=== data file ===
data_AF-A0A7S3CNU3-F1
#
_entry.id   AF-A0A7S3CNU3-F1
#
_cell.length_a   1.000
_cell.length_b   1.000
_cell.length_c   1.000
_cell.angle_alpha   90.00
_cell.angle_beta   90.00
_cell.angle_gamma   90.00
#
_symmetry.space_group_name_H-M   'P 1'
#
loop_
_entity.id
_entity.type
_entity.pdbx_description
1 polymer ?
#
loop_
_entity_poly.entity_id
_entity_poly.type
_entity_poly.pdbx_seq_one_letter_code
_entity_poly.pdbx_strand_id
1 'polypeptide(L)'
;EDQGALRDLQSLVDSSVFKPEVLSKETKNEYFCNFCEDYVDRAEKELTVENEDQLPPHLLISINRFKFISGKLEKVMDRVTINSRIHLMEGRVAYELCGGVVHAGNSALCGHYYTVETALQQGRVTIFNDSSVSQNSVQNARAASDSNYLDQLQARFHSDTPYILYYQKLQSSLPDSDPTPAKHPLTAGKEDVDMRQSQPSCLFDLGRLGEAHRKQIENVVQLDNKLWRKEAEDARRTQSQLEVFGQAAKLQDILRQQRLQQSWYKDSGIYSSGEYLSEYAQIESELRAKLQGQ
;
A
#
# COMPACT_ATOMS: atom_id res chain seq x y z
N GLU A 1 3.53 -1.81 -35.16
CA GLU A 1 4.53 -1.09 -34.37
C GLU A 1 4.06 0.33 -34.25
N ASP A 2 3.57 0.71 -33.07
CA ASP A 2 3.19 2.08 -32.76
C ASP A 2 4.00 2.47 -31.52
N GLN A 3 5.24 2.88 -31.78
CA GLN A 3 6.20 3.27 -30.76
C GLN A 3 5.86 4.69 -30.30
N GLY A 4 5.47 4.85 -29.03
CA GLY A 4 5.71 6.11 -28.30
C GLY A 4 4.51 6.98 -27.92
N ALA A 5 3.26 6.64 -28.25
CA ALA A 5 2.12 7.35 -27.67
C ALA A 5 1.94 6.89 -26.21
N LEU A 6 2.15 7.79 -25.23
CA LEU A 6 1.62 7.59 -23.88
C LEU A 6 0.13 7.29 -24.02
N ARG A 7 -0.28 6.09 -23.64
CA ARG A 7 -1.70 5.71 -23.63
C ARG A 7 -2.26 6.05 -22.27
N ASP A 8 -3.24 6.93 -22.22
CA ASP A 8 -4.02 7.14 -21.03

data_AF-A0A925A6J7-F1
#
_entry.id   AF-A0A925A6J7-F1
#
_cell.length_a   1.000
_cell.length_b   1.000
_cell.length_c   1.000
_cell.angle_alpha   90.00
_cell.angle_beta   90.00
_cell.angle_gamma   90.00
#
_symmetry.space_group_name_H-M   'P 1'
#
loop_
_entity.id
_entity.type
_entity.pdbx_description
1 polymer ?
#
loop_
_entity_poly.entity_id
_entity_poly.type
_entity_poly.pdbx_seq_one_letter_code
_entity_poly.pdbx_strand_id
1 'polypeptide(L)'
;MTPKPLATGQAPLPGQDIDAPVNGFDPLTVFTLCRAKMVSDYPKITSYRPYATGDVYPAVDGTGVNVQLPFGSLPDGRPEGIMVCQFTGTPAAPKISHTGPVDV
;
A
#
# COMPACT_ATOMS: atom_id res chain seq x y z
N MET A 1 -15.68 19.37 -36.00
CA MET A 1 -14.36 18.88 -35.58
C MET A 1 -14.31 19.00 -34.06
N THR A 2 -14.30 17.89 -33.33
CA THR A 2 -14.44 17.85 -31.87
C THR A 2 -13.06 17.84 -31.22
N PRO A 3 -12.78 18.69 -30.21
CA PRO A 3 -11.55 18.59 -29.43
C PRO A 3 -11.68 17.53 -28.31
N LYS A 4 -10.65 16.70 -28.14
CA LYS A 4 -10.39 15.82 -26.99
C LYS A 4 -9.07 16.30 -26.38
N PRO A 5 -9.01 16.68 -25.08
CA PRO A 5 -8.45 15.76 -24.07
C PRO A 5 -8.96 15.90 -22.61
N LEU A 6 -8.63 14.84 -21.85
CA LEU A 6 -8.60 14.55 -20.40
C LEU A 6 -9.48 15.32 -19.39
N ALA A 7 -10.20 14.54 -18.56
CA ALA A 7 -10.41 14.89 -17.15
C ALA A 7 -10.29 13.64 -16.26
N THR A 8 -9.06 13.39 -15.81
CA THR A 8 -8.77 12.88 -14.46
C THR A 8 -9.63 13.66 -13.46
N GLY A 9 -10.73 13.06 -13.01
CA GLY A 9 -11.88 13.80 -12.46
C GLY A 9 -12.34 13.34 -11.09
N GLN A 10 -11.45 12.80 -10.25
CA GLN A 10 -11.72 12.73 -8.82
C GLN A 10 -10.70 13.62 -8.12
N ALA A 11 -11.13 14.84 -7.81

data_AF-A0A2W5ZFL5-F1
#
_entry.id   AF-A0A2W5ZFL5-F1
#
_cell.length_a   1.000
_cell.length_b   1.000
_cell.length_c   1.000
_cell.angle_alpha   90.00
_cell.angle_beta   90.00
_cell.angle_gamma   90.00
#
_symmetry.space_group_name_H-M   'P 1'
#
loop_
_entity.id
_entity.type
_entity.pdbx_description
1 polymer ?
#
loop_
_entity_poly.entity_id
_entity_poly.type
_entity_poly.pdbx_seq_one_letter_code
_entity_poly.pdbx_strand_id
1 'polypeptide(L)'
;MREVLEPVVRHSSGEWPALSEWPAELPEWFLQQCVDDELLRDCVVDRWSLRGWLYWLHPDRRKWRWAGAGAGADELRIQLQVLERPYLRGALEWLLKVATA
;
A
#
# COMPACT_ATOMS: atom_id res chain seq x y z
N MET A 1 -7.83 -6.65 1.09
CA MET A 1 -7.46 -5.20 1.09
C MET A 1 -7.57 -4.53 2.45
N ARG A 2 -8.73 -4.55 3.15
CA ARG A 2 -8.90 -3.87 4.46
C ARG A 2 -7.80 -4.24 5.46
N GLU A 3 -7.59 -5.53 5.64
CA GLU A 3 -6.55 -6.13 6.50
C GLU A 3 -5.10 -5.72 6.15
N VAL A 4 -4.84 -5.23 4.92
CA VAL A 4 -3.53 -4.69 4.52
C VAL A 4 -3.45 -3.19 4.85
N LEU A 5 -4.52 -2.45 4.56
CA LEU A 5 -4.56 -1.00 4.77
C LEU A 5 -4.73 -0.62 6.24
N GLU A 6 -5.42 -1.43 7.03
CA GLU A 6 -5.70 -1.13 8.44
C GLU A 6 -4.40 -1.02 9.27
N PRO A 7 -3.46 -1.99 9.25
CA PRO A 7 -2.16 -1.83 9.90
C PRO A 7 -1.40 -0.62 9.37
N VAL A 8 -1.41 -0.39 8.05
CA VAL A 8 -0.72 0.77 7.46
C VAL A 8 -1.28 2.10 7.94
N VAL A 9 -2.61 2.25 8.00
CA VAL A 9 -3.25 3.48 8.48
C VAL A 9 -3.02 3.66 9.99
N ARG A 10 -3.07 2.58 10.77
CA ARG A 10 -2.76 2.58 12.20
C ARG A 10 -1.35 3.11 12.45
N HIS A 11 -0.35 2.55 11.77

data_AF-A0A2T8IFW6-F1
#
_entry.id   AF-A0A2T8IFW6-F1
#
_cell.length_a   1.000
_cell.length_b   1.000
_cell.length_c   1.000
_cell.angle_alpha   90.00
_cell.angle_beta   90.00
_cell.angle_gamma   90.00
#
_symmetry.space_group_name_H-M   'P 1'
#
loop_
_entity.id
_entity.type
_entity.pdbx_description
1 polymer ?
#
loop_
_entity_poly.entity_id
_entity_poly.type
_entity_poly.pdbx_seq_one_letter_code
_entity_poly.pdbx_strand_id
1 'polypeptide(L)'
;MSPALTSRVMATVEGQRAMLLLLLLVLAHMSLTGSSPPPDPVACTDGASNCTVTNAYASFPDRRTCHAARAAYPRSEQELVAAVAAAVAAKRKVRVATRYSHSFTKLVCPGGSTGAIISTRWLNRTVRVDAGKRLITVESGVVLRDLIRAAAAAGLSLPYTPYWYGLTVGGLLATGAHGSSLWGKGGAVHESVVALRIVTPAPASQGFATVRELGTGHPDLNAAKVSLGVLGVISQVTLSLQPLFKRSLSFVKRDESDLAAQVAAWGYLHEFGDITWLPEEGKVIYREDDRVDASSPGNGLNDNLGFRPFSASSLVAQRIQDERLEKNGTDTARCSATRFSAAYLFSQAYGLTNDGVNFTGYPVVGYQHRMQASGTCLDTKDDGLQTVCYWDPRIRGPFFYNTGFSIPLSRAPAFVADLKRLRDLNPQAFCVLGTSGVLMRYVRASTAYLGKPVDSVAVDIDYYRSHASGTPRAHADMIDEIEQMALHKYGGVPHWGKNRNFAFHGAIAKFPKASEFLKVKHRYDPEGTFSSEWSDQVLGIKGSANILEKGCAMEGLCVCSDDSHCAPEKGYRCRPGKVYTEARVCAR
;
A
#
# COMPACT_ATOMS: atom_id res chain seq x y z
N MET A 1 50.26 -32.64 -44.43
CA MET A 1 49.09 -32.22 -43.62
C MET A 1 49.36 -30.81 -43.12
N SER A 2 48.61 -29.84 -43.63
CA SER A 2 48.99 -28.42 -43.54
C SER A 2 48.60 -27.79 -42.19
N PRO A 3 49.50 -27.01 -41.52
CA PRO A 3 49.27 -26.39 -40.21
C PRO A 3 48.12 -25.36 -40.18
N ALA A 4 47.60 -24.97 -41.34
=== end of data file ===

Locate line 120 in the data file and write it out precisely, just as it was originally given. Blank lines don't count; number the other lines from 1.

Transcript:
_cell.length_b   1.000